Obituary: Alex Wilkie, policeman and head stocktaker

Born: 16 December, 1909, in Edinburgh. Died: 29 January, 2014, in Edinburgh, aged 104

Alex Wilkie: Policeman and stocktaker who became a popular after-dinner speaker in Edinburgh
Alex Wilkie: Policeman and stocktaker who became a popular after-dinner speaker in Edinburgh

There was no mysterious secret to Alex Wilkie’s longevity; becoming a centenarian was just sheer luck, he maintained.

And he evidently had plenty of it, having lived through the Great War and survived the London Blitz, enjoyed a career as a Metropolitan Police officer, a stint in the brewing industry and become a popular after-dinner speaker, still wise-cracking at 95.

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On only one occasion of note did his luck threaten to run out when, having proposed to his girlfriend in Edinburgh before joining the Met, he wrote two years later to say the engagement was off. She replied emphatically that indeed it was not and they married soon afterwards, an event that he acknowledged was the best thing he ever did.

He had only joined the force because steady jobs were difficult to come by when he was a young man in Scotland during The Depression of the 1930s. But he and his young wife threw themselves into life in London, living each day during the Second World War as if it were their last.

He spent 25 years with the Met, accumulating eight commendations for catching thieves during his time as a constable before transferring to the courts where he saw all human life – from drunks and wild women to murderers: “If you didn’t have 20 girl prostitutes appearing before the court that was a poor day,” he once said.

Born in Edinburgh’s Montague Street, he was the second youngest of six children to brass finisher Thomas Wilkie and his wife Mary. Aged four, he moved with his family to Watson Crescent and attended Merchiston School, joining North Merchiston Boys Club, where he became captain of prefects and enjoyed a variety of sporting activities including football, snooker and hillwalking.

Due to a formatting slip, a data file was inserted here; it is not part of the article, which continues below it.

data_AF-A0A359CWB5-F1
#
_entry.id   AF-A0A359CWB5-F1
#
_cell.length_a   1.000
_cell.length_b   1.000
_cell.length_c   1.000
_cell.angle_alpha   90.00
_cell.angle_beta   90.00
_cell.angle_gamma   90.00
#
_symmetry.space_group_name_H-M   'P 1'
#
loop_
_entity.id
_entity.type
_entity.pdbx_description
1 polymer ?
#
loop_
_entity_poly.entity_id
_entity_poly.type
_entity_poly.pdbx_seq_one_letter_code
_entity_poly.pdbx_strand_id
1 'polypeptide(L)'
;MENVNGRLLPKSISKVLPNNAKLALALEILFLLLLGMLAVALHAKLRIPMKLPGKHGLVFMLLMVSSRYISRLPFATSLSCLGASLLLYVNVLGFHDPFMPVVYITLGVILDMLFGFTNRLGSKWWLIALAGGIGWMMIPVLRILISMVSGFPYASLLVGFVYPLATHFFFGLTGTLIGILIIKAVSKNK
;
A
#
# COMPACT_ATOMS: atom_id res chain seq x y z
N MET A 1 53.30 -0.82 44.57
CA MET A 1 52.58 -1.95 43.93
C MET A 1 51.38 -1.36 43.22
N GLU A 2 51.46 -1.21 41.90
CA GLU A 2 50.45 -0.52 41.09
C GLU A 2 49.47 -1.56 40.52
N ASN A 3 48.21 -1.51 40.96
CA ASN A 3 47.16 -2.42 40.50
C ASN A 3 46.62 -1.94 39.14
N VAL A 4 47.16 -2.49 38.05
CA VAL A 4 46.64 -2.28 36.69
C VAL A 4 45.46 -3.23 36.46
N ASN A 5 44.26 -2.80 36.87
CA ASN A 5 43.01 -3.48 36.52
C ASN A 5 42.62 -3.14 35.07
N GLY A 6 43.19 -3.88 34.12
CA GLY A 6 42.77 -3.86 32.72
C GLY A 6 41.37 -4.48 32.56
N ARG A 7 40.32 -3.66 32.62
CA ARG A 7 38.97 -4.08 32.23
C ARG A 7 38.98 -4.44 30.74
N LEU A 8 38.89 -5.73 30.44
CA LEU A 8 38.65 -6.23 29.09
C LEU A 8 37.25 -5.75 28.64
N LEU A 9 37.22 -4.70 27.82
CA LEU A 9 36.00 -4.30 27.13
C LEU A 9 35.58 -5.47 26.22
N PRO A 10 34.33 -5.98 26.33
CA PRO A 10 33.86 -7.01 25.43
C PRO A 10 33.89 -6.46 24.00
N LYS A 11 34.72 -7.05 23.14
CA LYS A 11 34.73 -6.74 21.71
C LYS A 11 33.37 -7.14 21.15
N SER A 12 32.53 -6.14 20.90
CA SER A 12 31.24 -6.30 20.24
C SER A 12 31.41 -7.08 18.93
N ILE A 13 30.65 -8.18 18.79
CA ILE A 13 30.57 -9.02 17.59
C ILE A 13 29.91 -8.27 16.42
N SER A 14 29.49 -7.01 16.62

But by the time he was 14 he had left school and also suffered the death of his mother. He began work with the North British Rubber Company but continued to educate himself through a home correspondence course with a college, gaining a certificate that helped him secure entry to the Metropolitan Police in 1932, at the age of 23.

He had met his future wife, Betty, at a Boys Club dance when he was 18 and, despite him having briefly got cold feet, the couple married at The Plaza in Edinburgh’s Morningside in 1934. Wilkie returned to London with his wife, who worked as a counter clerk at the post office in The Strand, and they set up home in Peckham.

By 1939 they were living in police quarters in Camberwell and on the outbreak of the Second World War Wilkie was transferred to Marlborough Street Magistrates’ Court in Soho, close to the London Palladium. The bombing was relentless and they had a narrow escape when their flat in Camberwell was damaged by a blast while they were in an air raid shelter.

Wilkie, who spent 14 years in Soho and also served at Acton and Marylebone Magistrates’ Courts, was promoted to sergeant warrant officer in 1950 and two years later the family, which now included a young daughter, moved from Brentford to Greenford, Middlesex. He commuted into London for further five years before retiring in 1957.

A subsequent move to Bushey, Hertfordshire, heralded a different working life when he took over the running of a Victoria Wine shop. He also provided an outside bar service, in particular for the Boulting Brothers, the identical twin filmmakers John and Roy, and met many stars from Elstree Film Studios.

The family returned to Edinburgh in the late 1950s, buying a house near the Pentland Hills.

He took at job as a stocktaker at Drybrough’s Brewery and was promoted to head stocktaker in 1964, a demanding role but one that suited his experience of handling thousands of pounds in fines during his court days. On retiring from there he worked as a stocktaker/superviser for the Stewart Trust and did not give up work completely until 1982, at the age of 83.

Since his days at the Boys Club sport had remained important aspect of his life. During the 1930s he played in the Surrey Senior League, turning out for the semi-final of the English FA Amateur Cup at Wimbledon in 1935. They lost 2-0 to local rivals Dulwich Hamlet.

And when he moved back to Scotland he became involving in bowling, serving as president of Currie Bowling Club in 1965 and 1966, and later enjoying more than 25 years as honorary president.

By the time he was in his 60s he had built up a strong reputation as an after-dinner speaker, performing at least half a dozen times a year at various events. For his 95th birthday he did a stand-up show at his bowling club as the Reverend IM Jolly, earning him the title of Edinburgh’s oldest comedian.

After reaching his century, which was marked by an award from the Metropolitan Police Commissioner, he took part in a study of centenarians by Surrey University, sharing the story of his long life and his belief that it had been all down to good fortune.

Widowed some 25 years ago, he is survived by his daughter Jennifer, grandchildren Paul and Debbie and six great-grand-children.